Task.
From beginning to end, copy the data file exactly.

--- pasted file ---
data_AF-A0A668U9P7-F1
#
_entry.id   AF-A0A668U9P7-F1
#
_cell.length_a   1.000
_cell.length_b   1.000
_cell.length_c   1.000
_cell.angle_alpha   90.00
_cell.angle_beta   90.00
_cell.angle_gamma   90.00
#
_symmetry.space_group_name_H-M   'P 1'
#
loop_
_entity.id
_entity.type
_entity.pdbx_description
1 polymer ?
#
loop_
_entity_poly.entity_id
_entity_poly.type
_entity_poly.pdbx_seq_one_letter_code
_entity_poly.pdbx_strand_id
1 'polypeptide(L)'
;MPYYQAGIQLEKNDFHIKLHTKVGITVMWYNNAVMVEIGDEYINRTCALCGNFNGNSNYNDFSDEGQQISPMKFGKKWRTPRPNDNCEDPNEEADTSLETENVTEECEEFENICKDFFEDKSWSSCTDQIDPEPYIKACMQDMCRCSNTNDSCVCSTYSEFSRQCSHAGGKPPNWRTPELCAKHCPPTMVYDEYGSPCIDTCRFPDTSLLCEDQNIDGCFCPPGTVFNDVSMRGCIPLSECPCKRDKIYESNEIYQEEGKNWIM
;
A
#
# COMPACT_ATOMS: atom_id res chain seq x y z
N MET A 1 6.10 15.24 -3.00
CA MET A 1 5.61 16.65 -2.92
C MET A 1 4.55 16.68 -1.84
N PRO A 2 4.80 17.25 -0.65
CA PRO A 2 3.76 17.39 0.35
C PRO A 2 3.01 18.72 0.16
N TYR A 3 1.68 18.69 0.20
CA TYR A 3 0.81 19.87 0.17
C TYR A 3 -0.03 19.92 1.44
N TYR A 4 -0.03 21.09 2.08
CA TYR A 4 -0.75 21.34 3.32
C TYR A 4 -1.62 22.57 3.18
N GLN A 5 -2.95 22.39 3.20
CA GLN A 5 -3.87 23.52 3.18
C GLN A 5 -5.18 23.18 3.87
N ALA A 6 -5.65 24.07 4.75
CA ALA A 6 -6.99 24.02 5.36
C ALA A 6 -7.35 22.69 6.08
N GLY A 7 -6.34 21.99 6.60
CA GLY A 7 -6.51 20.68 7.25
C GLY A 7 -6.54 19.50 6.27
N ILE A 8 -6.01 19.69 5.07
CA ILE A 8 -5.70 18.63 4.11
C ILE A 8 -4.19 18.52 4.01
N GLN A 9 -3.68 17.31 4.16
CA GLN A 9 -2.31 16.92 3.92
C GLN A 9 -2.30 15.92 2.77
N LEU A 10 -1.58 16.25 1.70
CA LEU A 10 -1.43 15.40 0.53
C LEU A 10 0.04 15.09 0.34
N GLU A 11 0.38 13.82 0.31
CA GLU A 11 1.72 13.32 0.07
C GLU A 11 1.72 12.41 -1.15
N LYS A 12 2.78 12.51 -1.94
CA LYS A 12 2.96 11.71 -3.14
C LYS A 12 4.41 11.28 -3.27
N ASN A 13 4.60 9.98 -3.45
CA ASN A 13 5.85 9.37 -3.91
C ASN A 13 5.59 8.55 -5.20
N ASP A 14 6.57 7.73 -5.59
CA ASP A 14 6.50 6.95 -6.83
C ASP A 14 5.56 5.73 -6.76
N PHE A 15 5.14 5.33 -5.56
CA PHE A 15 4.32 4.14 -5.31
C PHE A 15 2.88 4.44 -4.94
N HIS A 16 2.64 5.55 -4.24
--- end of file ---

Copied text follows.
data_AF-A0A668U9P7-F1
#
_entry.id   AF-A0A668U9P7-F1
#
_cell.length_a   1.000
_cell.length_b   1.000
_cell.length_c   1.000
_cell.angle_alpha   90.00
_cell.angle_beta   90.00
_cell.angle_gamma   90.00
#
_symmetry.space_group_name_H-M   'P 1'
#
loop_
_entity.id
_entity.type
_entity.pdbx_description
1 polymer ?
#
loop_
_entity_poly.entity_id
_entity_poly.type
_entity_poly.pdbx_seq_one_letter_code
_entity_poly.pdbx_strand_id
1 'polypeptide(L)'
;MPYYQAGIQLEKNDFHIKLHTKVGITVMWYNNAVMVEIGDEYINRTCALCGNFNGNSNYNDFSDEGQQISPMKFGKKWRTPRPNDNCEDPNEEADTSLETENVTEECEEFENICKDFFEDKSWSSCTDQIDPEPYIKACMQDMCRCSNTNDSCVCSTYSEFSRQCSHAGGKPPNWRTPELCAKHCPPTMVYDEYGSPCIDTCRFPDTSLLCEDQNIDGCFCPPGTVFNDVSMRGCIPLSECPCKRDKIYESNEIYQEEGKNWIM
;
A
#
# COMPACT_ATOMS: atom_id res chain seq x y z
N MET A 1 6.10 15.24 -3.00
CA MET A 1 5.61 16.65 -2.92
C MET A 1 4.55 16.68 -1.84
N PRO A 2 4.80 17.25 -0.65
CA PRO A 2 3.76 17.39 0.35
C PRO A 2 3.01 18.72 0.16
N TYR A 3 1.68 18.69 0.20
CA TYR A 3 0.81 19.87 0.17
C TYR A 3 -0.03 19.92 1.44
N TYR A 4 -0.03 21.09 2.08
CA TYR A 4 -0.75 21.34 3.32
C TYR A 4 -1.62 22.57 3.18
N GLN A 5 -2.95 22.39 3.20
CA GLN A 5 -3.87 23.52 3.18
C GLN A 5 -5.18 23.18 3.87
N ALA A 6 -5.65 24.07 4.75
CA ALA A 6 -6.99 24.02 5.36
C ALA A 6 -7.35 22.69 6.08
N GLY A 7 -6.34 21.99 6.60
CA GLY A 7 -6.51 20.68 7.25
C GLY A 7 -6.54 19.50 6.27
N ILE A 8 -6.01 19.69 5.07
CA ILE A 8 -5.70 18.63 4.11
C ILE A 8 -4.19 18.52 4.01
N GLN A 9 -3.68 17.31 4.16
CA GLN A 9 -2.31 16.92 3.92
C GLN A 9 -2.30 15.92 2.77
N LEU A 10 -1.58 16.25 1.70
CA LEU A 10 -1.43 15.40 0.53
C LEU A 10 0.04 15.09 0.34
N GLU A 11 0.38 13.82 0.31
CA GLU A 11 1.72 13.32 0.07
C GLU A 11 1.72 12.41 -1.15
N LYS A 12 2.78 12.51 -1.94
CA LYS A 12 2.96 11.71 -3.14
C LYS A 12 4.41 11.28 -3.27
N ASN A 13 4.60 9.98 -3.45
CA ASN A 13 5.85 9.37 -3.91
C ASN A 13 5.59 8.55 -5.20
N ASP A 14 6.57 7.73 -5.59
CA ASP A 14 6.50 6.95 -6.83
C ASP A 14 5.56 5.73 -6.76
N PHE A 15 5.14 5.33 -5.56
CA PHE A 15 4.32 4.14 -5.31
C PHE A 15 2.88 4.44 -4.94
N HIS A 16 2.64 5.55 -4.24